This joint submission welcomes strategies that encourage people to seek help from services when they need it and empower individuals and communities to make decisions that keep children safe. The submission suggests ways of providing greater instruction to organisations and practitioners involved in the Child Information Sharing Scheme about how to share information appropriately, taking into account the possible risks associated with sharing information. In our view, these changes will support organisations to apply the CIS Scheme effectively.

Read our Joint submission to the Department of Health and Human Services on the Child Information Sharing Scheme Ministerial Guidelines.

Care not Custody – a new approach to keep kids in residential care out of the criminal justice system – 2017

A review of our child protection client data found that, of those aged 11–17 who are placed in out-of-home care, almost one in three young people later returns to us for assistance with a criminal matter. The problem appears to be particularly acute for children placed in residential care. Our Care not Custody report publishes these findings, and shows that:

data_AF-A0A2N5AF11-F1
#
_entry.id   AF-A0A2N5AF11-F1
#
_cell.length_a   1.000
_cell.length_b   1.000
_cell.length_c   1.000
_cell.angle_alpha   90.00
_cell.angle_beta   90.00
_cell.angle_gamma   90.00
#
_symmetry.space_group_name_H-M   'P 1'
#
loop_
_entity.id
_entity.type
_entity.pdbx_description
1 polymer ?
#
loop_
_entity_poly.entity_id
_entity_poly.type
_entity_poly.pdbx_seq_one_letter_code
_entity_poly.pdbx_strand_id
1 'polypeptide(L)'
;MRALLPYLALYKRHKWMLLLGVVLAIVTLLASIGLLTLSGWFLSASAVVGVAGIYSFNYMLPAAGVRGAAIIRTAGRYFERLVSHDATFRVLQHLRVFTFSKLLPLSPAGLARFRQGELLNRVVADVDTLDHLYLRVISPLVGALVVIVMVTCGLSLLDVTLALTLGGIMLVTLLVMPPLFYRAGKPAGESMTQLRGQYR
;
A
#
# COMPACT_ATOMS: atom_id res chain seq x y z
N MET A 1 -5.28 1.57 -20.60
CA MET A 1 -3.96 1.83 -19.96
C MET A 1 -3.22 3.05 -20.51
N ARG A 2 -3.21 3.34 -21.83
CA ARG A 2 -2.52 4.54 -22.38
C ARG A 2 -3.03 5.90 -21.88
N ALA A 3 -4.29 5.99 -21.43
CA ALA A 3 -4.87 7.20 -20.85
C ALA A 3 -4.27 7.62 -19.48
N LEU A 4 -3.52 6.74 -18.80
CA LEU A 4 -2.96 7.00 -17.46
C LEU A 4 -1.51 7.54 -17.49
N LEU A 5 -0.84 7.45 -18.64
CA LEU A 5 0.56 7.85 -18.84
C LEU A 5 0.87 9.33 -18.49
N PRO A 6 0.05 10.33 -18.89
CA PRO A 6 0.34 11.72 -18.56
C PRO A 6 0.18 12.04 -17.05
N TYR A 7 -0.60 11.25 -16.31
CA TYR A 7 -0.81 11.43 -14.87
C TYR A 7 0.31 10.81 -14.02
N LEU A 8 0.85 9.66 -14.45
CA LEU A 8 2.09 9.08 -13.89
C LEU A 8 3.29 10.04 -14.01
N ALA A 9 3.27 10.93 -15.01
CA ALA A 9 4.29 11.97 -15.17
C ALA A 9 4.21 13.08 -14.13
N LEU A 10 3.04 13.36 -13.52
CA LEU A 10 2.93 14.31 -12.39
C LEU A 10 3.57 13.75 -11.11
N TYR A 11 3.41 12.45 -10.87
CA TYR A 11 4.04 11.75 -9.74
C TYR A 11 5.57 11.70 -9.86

• one clear factor pushing children from care into custody is an over-reliance by at least some residential care facilities on call-outs to police to manage challenging behaviour
  • these practices are entrenching children, often from a very young age, in a cycle of involvement with the police and the courts.

We recommend a new approach, providing a clear and consistent framework and better training and support for staff in residential care units to help them manage low-level incidents within the unit, without needing to involve police.

Read our Care not Custody report.

Read our May 2017 press release.

Client information sharing consultation – October 2017